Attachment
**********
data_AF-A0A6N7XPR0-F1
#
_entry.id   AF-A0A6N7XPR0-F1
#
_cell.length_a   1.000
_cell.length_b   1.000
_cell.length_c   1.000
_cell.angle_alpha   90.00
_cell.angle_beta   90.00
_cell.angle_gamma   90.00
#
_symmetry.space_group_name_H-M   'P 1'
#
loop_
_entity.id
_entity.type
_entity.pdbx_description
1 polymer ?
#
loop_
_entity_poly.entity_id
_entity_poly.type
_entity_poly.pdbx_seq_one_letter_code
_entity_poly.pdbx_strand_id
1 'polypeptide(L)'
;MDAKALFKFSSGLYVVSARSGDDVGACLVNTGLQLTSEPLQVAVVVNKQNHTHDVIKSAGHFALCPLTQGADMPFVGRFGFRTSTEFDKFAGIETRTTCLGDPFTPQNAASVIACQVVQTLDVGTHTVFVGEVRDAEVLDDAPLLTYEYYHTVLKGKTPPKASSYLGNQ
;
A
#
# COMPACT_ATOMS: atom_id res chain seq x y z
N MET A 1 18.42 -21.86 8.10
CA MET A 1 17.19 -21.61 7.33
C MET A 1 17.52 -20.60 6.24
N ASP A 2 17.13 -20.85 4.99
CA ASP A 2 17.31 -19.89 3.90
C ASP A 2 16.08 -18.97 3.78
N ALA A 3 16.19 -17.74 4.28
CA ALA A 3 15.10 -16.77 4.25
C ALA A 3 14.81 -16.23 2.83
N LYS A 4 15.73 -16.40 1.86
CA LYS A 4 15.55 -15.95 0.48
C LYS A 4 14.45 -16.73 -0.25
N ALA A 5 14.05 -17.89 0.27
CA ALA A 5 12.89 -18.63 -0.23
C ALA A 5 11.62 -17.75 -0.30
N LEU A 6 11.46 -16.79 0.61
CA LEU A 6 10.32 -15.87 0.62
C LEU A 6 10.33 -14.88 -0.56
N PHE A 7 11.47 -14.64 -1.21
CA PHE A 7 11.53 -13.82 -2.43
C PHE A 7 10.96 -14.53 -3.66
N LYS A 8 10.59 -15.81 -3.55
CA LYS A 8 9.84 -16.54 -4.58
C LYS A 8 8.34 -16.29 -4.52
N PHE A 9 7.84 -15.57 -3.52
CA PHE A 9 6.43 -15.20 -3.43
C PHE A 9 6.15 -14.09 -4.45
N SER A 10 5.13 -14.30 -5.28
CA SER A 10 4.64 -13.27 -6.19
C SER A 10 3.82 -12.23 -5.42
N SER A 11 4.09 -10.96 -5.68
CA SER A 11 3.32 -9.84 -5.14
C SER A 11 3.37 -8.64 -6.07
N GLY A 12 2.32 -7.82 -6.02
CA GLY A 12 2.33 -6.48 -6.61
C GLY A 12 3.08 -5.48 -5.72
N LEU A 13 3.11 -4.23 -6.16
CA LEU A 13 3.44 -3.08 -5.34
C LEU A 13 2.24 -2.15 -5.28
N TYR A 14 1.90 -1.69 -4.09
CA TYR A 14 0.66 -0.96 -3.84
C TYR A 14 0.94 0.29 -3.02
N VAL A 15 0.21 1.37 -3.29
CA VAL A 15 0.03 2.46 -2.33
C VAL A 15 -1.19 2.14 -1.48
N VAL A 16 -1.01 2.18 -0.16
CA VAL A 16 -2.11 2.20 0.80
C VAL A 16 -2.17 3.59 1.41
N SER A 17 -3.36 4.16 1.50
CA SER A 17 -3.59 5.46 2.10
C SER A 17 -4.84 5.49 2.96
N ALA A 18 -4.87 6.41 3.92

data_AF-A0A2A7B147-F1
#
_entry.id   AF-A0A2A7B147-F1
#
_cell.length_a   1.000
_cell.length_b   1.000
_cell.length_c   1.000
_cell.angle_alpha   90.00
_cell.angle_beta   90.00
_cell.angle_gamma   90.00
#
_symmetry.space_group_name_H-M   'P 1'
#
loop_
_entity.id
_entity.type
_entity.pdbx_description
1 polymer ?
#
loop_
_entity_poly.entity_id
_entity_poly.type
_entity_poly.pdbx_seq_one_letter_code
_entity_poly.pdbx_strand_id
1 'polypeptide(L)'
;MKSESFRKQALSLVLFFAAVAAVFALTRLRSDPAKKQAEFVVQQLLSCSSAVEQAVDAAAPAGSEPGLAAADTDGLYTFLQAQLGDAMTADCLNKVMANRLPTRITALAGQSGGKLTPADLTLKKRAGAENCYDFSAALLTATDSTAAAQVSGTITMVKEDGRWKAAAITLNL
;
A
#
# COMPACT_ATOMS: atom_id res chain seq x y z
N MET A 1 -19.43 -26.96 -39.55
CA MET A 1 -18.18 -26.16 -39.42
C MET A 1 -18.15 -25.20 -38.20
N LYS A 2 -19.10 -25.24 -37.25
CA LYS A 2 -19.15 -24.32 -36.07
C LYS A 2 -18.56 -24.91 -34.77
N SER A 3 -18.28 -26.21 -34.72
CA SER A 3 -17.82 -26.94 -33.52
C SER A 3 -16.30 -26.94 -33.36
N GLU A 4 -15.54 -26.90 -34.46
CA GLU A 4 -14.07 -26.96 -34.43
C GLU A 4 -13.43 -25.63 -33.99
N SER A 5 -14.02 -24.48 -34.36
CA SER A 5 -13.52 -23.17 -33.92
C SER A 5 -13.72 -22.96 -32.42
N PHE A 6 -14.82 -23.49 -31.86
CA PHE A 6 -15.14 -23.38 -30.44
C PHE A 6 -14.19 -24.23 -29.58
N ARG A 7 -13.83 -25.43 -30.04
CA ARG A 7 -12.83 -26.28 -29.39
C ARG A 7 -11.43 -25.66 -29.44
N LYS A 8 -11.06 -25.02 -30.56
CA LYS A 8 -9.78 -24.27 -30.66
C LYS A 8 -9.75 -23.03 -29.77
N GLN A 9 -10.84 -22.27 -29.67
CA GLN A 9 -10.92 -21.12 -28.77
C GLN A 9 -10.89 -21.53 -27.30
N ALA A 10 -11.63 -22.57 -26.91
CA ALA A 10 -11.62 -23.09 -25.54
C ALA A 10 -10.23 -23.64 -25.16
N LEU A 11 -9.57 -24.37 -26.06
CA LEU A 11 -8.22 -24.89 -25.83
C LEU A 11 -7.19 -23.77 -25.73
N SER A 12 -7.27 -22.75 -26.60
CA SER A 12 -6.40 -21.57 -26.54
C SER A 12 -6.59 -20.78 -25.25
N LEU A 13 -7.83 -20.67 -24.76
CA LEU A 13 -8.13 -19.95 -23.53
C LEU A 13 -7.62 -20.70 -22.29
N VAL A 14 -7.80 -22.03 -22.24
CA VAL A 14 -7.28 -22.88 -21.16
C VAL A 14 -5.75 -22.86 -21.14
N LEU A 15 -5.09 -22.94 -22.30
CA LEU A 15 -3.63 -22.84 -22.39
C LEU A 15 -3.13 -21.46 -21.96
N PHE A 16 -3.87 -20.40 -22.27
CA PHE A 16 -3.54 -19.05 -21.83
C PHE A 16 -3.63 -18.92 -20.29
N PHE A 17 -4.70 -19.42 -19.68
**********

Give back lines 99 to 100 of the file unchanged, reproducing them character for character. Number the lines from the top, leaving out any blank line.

_entity.pdbx_description
1 polymer ?